Politico reports that Paul Ryan isn’t running a phantom campaign for president despite some appearances to the contrary:
Ryan’s orbit firmly believes that, in a few months, everyone will look at this bubble and realize just how ridiculous it was.
They say the national media are misreading his moves. Even if Ryan did have an itch to run for president, he could not swipe the nomination from a front-runner with 1,000 delegates, give or take, or a field of 17 candidates that spent months and millions of dollars vying for the job. If Ryan wants some sort of future in Republican politics, he cannot be seen as going to the party convention in July and stealing the nomination from Trump or Texas Sen. Ted Cruz.
Speculation about Ryan’s intentions strikes me as little more than this year’s version of the 2012 fantasy candidate gossip that a few pundits indulged in last time. During the 2012 cycle, we kept hearing from Bill Kristol et al. that it wasn’t too late for the field to include more candidates, and one name after another was floated to stave off the boredom of Romney’s inevitable victory. This year the outcome is much less certain, but the desire to find a new candidate late in the process is still there. Ryan was the subject of such speculation in 2011 and again in 2014 and 2015, so it was probably bound to start up again now that it looks as if there really could be a contested convention. But it still doesn’t make sense, not least because Ryan seems genuinely unwilling to fill the role that is being created for him.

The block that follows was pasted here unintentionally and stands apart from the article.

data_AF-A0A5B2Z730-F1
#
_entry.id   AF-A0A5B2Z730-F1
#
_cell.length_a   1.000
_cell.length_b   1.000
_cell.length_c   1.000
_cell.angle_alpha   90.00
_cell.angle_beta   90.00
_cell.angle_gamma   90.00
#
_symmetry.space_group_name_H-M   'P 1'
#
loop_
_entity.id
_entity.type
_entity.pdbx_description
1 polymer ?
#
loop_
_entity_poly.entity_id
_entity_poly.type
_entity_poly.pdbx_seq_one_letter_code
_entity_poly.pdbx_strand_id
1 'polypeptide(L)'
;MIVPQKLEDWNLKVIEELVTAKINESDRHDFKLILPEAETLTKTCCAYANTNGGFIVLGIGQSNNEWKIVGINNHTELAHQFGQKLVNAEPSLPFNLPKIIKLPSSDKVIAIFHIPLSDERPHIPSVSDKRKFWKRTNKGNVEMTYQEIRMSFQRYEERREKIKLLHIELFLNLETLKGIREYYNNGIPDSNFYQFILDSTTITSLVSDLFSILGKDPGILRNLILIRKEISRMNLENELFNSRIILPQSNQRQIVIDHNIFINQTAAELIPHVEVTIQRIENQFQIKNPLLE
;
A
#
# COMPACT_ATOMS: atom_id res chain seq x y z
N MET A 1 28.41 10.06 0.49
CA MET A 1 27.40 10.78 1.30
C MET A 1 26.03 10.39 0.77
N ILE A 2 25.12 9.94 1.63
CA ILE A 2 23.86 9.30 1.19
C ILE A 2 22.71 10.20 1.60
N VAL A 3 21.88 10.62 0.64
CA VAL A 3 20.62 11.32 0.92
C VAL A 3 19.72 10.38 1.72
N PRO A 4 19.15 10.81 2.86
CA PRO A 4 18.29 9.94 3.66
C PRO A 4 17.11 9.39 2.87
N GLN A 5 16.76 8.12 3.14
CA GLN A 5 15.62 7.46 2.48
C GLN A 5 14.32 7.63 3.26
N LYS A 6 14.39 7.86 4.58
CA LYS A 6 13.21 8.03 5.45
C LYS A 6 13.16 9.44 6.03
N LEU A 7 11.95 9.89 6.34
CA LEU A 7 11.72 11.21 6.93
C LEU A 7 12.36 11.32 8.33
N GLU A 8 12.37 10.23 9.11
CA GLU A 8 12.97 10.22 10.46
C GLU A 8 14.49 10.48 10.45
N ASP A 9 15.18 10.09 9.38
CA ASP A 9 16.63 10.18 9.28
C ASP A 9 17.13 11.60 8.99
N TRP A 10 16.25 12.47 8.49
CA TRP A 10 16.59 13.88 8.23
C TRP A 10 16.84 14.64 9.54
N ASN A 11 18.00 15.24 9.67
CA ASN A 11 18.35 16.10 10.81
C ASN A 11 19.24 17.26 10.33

Besides, are we really supposed to think that making a video from Ryan’s underwhelming speech on politics from earlier this spring represents the launch of an effort to snatch the nomination through convention shenanigans? The content of the speech was so anodyne and unremarkable that it would not have been out of place at a No Labels conference. Decrying identity politics is probably one of the least risky positions one can take in the GOP, since almost all Republicans would vehemently deny that they practice it. If Ryan is angling for the White House at all, it would have to be for a future election cycle and not this one.
Even if Ryan is looking ahead to the next election, I’m skeptical that he would be the one that the GOP gets behind. No one has secured the nomination of either major party running from the House in well over a century, and I doubt Ryan will be the one to change that. It sometimes happens that a party will nominate a losing VP nominee from a previous election, but it is unusual and it hasn’t happened in decades. Assuming that the GOP loses the presidential election this year, Ryan will be stuck for the next four years in the unenviable position of playing Boehner’s role while dealing with a Clinton White House, and any deals he makes along the way will be held against him by quite a few primary voters. It’s possible that Republicans will be so tired of losing presidential elections by that point that they won’t care about any compromises Ryan makes, but I wouldn’t bet on it.